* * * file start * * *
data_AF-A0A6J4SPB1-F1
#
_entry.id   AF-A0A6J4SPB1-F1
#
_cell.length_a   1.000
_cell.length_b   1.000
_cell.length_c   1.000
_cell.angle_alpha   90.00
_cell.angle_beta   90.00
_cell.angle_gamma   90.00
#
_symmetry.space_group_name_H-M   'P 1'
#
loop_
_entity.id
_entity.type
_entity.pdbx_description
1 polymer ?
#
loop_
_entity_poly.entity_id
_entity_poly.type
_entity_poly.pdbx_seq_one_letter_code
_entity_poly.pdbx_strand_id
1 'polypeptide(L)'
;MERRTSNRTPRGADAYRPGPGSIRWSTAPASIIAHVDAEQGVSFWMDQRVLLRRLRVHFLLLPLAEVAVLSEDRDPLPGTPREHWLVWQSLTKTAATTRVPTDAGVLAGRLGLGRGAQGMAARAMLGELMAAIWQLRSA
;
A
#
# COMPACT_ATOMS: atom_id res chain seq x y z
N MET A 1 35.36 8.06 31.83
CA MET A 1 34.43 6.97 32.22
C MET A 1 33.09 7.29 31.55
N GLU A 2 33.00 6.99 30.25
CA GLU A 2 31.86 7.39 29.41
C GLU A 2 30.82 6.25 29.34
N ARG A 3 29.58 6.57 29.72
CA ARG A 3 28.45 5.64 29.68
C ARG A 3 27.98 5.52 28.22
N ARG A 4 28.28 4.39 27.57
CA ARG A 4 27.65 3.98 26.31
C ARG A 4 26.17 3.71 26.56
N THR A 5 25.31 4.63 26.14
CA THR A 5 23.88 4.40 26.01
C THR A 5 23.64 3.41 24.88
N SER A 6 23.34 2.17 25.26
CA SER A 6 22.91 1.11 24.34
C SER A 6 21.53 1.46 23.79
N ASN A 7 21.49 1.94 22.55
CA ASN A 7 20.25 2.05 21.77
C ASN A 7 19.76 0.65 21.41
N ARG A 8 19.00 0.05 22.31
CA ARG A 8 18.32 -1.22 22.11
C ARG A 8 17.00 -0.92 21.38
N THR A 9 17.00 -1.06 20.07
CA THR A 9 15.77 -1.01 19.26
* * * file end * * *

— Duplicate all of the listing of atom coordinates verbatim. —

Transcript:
data_AF-A0A6J4SPB1-F1
#
_entry.id   AF-A0A6J4SPB1-F1
#
_cell.length_a   1.000
_cell.length_b   1.000
_cell.length_c   1.000
_cell.angle_alpha   90.00
_cell.angle_beta   90.00
_cell.angle_gamma   90.00
#
_symmetry.space_group_name_H-M   'P 1'
#
loop_
_entity.id
_entity.type
_entity.pdbx_description
1 polymer ?
#
loop_
_entity_poly.entity_id
_entity_poly.type
_entity_poly.pdbx_seq_one_letter_code
_entity_poly.pdbx_strand_id
1 'polypeptide(L)'
;MERRTSNRTPRGADAYRPGPGSIRWSTAPASIIAHVDAEQGVSFWMDQRVLLRRLRVHFLLLPLAEVAVLSEDRDPLPGTPREHWLVWQSLTKTAATTRVPTDAGVLAGRLGLGRGAQGMAARAMLGELMAAIWQLRSA
;
A
#
# COMPACT_ATOMS: atom_id res chain seq x y z
N MET A 1 35.36 8.06 31.83
CA MET A 1 34.43 6.97 32.22
C MET A 1 33.09 7.29 31.55
N GLU A 2 33.00 6.99 30.25
CA GLU A 2 31.86 7.39 29.41
C GLU A 2 30.82 6.25 29.34
N ARG A 3 29.58 6.57 29.72
CA ARG A 3 28.45 5.64 29.68
C ARG A 3 27.98 5.52 28.22
N ARG A 4 28.28 4.39 27.57
CA ARG A 4 27.65 3.98 26.31
C ARG A 4 26.17 3.71 26.56
N THR A 5 25.31 4.63 26.14
CA THR A 5 23.88 4.40 26.01
C THR A 5 23.64 3.41 24.88
N SER A 6 23.34 2.17 25.26
CA SER A 6 22.91 1.11 24.34
C SER A 6 21.53 1.46 23.79
N ASN A 7 21.49 1.94 22.55
CA ASN A 7 20.25 2.05 21.77
C ASN A 7 19.76 0.65 21.41
N ARG A 8 19.00 0.05 22.31
CA ARG A 8 18.32 -1.22 22.11
C ARG A 8 17.00 -0.92 21.38
N THR A 9 17.00 -1.06 20.07
CA THR A 9 15.77 -1.01 19.26